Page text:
Briefcase Computer Is A Glorious Cyberpunk Build

There are plenty of gaming laptops on the market these days, but none quite fit the requirements of one [ParticularlyPippin]. Thus, they set out on building their own portable computer, ending up with a rig in a briefcase with a decidedly cyberpunk feel.

We love this?!

The design relies on desktop components, with the idea being to make a machine with better upgradability than a typical laptop. The briefcase itself is a nice deep-shell unit, and was given a wooden baseboard to hold all the components. It was then provided with standoffs and mountings for a Mini-ITX motherboard, as well as all the necessary add-ons like fans and storage. As in many odd-form-factor builds, a PCI-E riser cable comes in handy to hook up the GPU.

As for the user interface, a USB portable monitor is paired with a mechanical keyboard for the appropriate amount of clackity-clack when hacking out in the field. The icing on the cake, however, are the RGB strip backlights controlled via MSI’s software that really make the final result pop.

It’s a tidy portable build and one that hopefully provides [ParticularlyPippin] with the necessary grunt for their work wherever they can tote a briefcase. It’s not the first homebrew luggable we’ve seen, and it won’t be the last; there’s simply something compelling about the briefcase form factor. If you’re cooking up your own in the home lab, don’t hesitate to drop us a line.

3 thoughts on “Briefcase Computer Is A Glorious Cyberpunk Build

  1. Very nice, though the keyboard like that seems like a bad idea. Still looks great, seems like it should work well, a little ergonomic inconvenience (and probably should pack it with some foam when closed to be sure nothing scratches the screen) isn’t bad for desktop performance in such a small package.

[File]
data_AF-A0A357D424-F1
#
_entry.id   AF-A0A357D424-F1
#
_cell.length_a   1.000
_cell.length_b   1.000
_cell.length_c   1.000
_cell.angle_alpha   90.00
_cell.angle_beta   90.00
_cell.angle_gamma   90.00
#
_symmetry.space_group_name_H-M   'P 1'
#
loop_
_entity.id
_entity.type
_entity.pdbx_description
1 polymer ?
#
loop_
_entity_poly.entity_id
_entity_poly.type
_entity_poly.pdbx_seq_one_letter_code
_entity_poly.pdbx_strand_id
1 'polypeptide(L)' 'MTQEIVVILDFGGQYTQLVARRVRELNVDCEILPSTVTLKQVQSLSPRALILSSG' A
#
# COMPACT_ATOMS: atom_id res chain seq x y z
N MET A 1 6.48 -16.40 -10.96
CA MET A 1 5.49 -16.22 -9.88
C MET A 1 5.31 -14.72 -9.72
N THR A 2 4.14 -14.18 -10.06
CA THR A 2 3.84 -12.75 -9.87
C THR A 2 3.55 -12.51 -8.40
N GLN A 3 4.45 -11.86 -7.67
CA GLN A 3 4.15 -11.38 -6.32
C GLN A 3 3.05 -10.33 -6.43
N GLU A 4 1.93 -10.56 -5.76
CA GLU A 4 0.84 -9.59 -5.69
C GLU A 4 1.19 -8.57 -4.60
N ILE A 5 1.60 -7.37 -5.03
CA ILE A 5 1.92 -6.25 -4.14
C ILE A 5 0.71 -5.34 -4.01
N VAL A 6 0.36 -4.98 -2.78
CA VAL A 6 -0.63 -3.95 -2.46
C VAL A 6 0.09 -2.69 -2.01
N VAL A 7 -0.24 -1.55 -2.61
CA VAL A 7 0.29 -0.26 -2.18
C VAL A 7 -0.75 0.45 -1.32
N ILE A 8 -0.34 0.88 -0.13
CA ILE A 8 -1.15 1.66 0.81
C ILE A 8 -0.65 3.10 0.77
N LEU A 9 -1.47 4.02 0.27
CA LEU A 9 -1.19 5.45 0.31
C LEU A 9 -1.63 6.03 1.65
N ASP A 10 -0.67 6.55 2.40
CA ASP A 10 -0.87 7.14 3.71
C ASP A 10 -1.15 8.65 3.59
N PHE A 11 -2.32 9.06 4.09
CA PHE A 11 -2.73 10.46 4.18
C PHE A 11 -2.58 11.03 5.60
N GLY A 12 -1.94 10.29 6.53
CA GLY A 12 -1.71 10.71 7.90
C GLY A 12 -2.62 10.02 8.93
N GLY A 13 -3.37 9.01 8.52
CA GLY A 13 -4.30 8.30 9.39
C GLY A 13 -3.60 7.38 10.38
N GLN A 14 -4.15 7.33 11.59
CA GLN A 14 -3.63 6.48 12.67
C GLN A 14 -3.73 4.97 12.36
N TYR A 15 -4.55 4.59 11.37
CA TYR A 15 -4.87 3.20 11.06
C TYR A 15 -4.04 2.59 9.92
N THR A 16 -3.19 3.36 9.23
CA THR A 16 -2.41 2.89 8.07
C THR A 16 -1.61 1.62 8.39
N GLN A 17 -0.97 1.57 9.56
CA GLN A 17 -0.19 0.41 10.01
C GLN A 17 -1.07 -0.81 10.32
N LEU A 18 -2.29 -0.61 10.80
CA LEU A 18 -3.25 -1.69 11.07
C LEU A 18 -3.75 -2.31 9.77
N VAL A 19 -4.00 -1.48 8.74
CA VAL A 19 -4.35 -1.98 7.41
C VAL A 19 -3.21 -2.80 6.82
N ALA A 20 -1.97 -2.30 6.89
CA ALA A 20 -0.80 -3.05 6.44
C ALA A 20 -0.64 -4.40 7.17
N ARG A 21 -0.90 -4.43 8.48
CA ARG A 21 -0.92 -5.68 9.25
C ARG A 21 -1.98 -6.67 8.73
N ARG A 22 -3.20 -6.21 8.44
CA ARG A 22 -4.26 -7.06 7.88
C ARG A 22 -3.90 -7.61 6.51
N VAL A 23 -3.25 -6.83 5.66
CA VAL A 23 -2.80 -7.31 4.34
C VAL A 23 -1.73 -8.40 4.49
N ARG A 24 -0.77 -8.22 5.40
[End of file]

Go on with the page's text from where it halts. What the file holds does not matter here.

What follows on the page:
I once did something similar to keep my old desktop available during major house renovations – back then ‘gaming’ laptops barely existed, cost a fortune I didn’t have, and were really really inferior even to the old desktop in performance.

    Mine however was nothing like as pretty – hand soldered extension to the gutted monitors LVDS cable bridging the halves (the monitors electronics went in the bottom on standoffs over the mobo), screaming banshee 1U power supply, and no mood lighting. All made by me, in a hurry with hand tools, kind of surprised it worked so well for years after. Unsurprisingly the monitor stopped functioning first, I assumed it was my bodged cable extension finally failing but by then it was so very surplus to my requirements its parts just went to local computer charity and recycling centre.

  2. It is truly sad PIO (Parallel I/O) never took off. It has a PCIe edge connector on the other side of the board from the usual PCIe slots. Then no PCIe riser cables. A little harder to source, but obvious benefits. Both GPU and CPU fan stick out the same side. With a little work a VGA heatpipe could lay flat on it.

    Its a thing in China, I have one of the boards from the link below and a Gigabyte branded 6th gen board. I had to order from Taobao using superbuy though. Benefits include 6th 7th 8th and 9th gen support.

    Either use a T (35w) processor, or turn off Turbo boost in bios, if regular processors are what you have.

    (I see a review for a 5900HX running at 100C check the stats on my i7 9700 LGA1151 laptop, realize its not an upgrade, and runs a lot cooler because it originally came with a 6700K.)

  3. Don’t look now, but he can probably find the OEM of his old laptop and get a keyboard for 50-80 from ali express Ebay etc. Then he can sell his old one..

    Next introduce him to DC atx power supplies and 15A DC buck converters, can use some drill packs to power that thing XD XD

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